with the Boston Pops
Symphony Hall-June 23, 2005
By Rory Flynn
Boston's Symphony Hall has long been the center of some of the city's finest musical moments. However, throughout its 105-year history there has been a missing edge. That missing link was fulfilled when Boston Pops Conductor Keith Lockhart brought pop-rockers Guster to the hall for the first ever "Pops on the Edge" concert.
As odd as the pairing may seem, the power of music brought these two extremes and their vastly different fan bases together for two nights that perfectly entertained all. "Gusterhead" dominated the balcony while many of the elder Pop's season ticket holders (wheelchairs included) took the floor. However, just as the Pops and
Guster grew tighter on stage, so did their audience. When Guster's lead vocalist Ryan Miller told the crowd to stand up and act as if they were at one of the band's "regular" shows during the encore reprise of "Come Downstairs and Say Hello", this reviewer spotted one 20-something dancing away with a senior citizen. It was definitely a comical yet refreshing sight to see.
As for Guster, the new foursome (with the addition of multi-instrumentalist Joe Pisapia) seemed to be much more at ease and their happy-go-lucky self during this show (night #2). After a rousing opener of "I Spy", Miller told the sold-out audience that the band had been so nervous the night before that they "don't remember what happened, but that ("I Spy") just sounded awesome."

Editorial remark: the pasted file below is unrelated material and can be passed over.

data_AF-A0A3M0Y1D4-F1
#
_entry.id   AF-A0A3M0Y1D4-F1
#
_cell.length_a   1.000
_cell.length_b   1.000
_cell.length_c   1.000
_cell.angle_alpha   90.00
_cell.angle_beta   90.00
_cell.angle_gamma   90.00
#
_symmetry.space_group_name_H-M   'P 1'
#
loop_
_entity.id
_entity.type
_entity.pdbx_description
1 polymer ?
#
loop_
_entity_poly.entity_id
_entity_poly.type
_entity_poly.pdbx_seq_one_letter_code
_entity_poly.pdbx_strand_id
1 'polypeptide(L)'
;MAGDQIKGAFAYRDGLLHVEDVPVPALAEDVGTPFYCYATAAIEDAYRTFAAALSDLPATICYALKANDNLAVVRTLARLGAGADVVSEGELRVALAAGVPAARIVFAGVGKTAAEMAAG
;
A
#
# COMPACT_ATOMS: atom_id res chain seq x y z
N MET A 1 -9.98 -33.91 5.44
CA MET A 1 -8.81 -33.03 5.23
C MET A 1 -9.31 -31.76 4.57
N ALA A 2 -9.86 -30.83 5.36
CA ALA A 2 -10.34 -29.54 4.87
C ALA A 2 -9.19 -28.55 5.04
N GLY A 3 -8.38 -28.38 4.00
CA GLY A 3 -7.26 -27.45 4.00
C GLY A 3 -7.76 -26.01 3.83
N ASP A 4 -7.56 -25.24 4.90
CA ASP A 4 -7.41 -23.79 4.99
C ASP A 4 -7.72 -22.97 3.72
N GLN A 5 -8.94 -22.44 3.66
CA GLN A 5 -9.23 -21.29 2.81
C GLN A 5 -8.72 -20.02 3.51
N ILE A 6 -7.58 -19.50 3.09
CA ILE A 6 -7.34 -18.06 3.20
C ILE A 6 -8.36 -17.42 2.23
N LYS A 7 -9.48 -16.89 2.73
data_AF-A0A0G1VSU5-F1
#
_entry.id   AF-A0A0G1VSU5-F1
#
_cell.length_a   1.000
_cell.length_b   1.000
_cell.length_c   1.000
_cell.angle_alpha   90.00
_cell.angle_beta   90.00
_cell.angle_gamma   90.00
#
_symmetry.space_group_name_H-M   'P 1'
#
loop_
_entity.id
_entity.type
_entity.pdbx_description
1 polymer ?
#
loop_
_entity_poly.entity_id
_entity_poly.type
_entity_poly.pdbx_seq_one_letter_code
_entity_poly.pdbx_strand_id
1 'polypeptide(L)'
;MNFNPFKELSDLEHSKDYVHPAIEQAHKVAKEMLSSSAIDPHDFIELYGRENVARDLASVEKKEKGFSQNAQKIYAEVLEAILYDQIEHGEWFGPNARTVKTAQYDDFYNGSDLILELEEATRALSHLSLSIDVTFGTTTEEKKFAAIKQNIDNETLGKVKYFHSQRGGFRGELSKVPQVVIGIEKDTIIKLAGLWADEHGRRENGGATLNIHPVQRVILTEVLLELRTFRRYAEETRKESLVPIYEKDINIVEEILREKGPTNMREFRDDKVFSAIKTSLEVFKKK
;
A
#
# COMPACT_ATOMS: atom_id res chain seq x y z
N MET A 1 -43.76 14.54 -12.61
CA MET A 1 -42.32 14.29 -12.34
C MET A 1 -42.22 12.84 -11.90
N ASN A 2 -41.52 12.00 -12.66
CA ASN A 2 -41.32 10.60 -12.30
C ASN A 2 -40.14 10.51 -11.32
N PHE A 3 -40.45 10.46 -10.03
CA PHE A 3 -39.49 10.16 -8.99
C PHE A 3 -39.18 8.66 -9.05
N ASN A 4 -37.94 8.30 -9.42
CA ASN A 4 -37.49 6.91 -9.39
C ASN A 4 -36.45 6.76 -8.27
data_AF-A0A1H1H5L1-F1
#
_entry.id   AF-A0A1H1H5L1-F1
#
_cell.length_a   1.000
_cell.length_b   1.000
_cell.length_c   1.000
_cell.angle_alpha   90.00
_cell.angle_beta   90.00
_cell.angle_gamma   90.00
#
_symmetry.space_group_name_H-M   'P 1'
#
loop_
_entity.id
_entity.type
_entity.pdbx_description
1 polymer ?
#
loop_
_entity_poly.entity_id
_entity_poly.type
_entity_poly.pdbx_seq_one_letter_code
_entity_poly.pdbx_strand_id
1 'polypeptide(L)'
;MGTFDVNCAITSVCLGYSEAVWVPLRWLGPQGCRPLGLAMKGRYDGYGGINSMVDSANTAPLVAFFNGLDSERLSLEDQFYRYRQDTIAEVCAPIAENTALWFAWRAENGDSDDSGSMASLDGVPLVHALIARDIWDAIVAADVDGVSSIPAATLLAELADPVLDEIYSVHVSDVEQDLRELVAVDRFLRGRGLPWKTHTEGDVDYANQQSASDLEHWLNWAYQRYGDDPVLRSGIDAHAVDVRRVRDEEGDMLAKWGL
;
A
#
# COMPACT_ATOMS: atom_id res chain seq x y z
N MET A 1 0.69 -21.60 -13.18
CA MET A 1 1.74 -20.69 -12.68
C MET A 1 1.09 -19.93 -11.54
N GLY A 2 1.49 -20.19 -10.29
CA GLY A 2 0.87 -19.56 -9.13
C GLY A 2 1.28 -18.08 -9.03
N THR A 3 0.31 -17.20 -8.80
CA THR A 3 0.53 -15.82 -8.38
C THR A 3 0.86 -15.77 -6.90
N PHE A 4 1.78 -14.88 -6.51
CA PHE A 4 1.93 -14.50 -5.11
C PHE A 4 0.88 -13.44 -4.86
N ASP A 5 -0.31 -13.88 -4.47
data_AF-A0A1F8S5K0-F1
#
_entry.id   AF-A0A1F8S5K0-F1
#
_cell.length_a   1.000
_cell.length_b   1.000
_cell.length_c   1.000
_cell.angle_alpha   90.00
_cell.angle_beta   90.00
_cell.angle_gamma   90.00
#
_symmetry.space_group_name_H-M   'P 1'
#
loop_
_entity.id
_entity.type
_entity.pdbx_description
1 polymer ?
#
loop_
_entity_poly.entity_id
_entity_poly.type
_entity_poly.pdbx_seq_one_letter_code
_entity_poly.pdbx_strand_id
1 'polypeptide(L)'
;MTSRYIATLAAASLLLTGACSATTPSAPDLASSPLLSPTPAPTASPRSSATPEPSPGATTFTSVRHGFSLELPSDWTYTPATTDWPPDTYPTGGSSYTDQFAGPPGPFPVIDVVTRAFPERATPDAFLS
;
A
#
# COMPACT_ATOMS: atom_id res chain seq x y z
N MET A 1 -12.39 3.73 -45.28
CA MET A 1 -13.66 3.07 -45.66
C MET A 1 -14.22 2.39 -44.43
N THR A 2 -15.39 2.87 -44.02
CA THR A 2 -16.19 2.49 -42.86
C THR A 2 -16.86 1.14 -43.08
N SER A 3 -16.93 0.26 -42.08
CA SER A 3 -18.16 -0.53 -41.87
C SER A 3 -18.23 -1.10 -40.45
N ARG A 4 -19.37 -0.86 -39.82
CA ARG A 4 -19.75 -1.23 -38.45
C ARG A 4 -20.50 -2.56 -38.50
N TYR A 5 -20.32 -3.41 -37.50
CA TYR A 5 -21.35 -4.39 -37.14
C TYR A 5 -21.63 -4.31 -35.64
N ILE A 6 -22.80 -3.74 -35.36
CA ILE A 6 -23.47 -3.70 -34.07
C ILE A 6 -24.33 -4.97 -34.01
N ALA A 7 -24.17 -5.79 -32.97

"Backyard" sounded particular strong as the thunderous drumming of Brain Rosenworcel met the sweet horns of the Pops Orchestra. Added to the set list for the second show was "Barrel of a Gun" which came with no rehearsal for the Pops so Miller just asked the 70+ piece orchestra to give the band some kind of "free jazz" lead before the band took it over.
Giving their diehards something that they always wished for, Guster included an extremely rare rendition of "Two Points for Honesty." Rarely played live because of its complexity and lack of appendages, there was no excuse for playing it with the full Pops Orchestra, and the final result was outstanding.
New for everyone in the crowd were "Empire State" and "Deer Valentine", both of which will be included on the band's forthcoming album. The first faired well with country pick-up sound while the second was more of a lethargic ballad.
Though difficult to hear, an encore acoustic "Jesus on the Radio" played with a Pops' violinist was very entertaining with all five musicians making comical faces during the song.
Lockhart's goal of bringing a younger audience to Symphony Hall and introducing them to the Pops was easily accomplished and proved to be quite entertaining. Bringing Boston's own Guster, a college favorite, was also excellent choice and hopefully this is the first of many more "Pops on the Edge" nights to come.